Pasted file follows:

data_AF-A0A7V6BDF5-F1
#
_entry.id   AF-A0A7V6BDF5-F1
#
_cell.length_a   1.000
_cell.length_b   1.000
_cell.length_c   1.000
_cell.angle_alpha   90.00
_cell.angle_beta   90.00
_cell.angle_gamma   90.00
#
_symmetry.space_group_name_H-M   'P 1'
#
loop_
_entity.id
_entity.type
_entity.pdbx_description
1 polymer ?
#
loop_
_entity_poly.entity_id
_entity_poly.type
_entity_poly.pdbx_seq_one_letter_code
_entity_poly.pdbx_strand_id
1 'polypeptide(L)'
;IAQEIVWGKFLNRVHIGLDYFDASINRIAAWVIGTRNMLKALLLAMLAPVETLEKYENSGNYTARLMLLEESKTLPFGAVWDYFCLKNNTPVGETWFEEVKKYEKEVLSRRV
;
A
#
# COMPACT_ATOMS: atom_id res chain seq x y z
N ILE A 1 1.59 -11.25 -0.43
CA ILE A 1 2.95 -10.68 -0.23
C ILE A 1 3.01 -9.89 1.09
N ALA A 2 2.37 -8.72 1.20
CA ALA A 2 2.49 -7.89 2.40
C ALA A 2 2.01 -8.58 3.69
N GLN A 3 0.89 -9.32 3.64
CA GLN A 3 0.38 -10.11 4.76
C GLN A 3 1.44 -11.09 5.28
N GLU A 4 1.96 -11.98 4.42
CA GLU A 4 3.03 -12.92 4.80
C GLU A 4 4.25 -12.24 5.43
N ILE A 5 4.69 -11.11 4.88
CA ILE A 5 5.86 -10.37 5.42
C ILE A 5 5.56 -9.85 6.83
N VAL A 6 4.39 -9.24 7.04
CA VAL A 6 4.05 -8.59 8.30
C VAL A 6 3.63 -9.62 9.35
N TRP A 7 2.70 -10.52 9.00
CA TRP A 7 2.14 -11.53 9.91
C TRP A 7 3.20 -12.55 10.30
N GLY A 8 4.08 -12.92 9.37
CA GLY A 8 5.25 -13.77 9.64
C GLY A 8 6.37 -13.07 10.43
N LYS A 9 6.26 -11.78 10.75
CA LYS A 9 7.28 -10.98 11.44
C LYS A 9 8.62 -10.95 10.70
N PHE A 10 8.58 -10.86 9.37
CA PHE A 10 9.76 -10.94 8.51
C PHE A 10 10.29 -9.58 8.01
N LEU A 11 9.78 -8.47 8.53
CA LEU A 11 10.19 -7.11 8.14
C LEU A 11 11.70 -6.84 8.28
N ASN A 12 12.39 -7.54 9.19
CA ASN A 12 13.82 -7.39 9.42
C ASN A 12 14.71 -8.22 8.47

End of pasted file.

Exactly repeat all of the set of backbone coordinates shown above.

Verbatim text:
data_AF-A0A7V6BDF5-F1
#
_entry.id   AF-A0A7V6BDF5-F1
#
_cell.length_a   1.000
_cell.length_b   1.000
_cell.length_c   1.000
_cell.angle_alpha   90.00
_cell.angle_beta   90.00
_cell.angle_gamma   90.00
#
_symmetry.space_group_name_H-M   'P 1'
#
loop_
_entity.id
_entity.type
_entity.pdbx_description
1 polymer ?
#
loop_
_entity_poly.entity_id
_entity_poly.type
_entity_poly.pdbx_seq_one_letter_code
_entity_poly.pdbx_strand_id
1 'polypeptide(L)'
;IAQEIVWGKFLNRVHIGLDYFDASINRIAAWVIGTRNMLKALLLAMLAPVETLEKYENSGNYTARLMLLEESKTLPFGAVWDYFCLKNNTPVGETWFEEVKKYEKEVLSRRV
;
A
#
# COMPACT_ATOMS: atom_id res chain seq x y z
N ILE A 1 1.59 -11.25 -0.43
CA ILE A 1 2.95 -10.68 -0.23
C ILE A 1 3.01 -9.89 1.09
N ALA A 2 2.37 -8.72 1.20
CA ALA A 2 2.49 -7.89 2.40
C ALA A 2 2.01 -8.58 3.69
N GLN A 3 0.89 -9.32 3.64
CA GLN A 3 0.38 -10.11 4.76
C GLN A 3 1.44 -11.09 5.28
N GLU A 4 1.96 -11.98 4.42
CA GLU A 4 3.03 -12.92 4.80
C GLU A 4 4.25 -12.24 5.43
N ILE A 5 4.69 -11.11 4.88
CA ILE A 5 5.86 -10.37 5.42
C ILE A 5 5.56 -9.85 6.83
N VAL A 6 4.39 -9.24 7.04
CA VAL A 6 4.05 -8.59 8.30
C VAL A 6 3.63 -9.62 9.35
N TRP A 7 2.70 -10.52 9.00
CA TRP A 7 2.14 -11.53 9.91
C TRP A 7 3.20 -12.55 10.30
N GLY A 8 4.08 -12.92 9.37
CA GLY A 8 5.25 -13.77 9.64
C GLY A 8 6.37 -13.07 10.43
N LYS A 9 6.26 -11.78 10.75
CA LYS A 9 7.28 -10.98 11.44
C LYS A 9 8.62 -10.95 10.70
N PHE A 10 8.58 -10.86 9.37
CA PHE A 10 9.76 -10.94 8.51
C PHE A 10 10.29 -9.58 8.01
N LEU A 11 9.78 -8.47 8.53
CA LEU A 11 10.19 -7.11 8.14
C LEU A 11 11.70 -6.84 8.28
N ASN A 12 12.39 -7.54 9.19
CA ASN A 12 13.82 -7.39 9.42
C ASN A 12 14.71 -8.22 8.47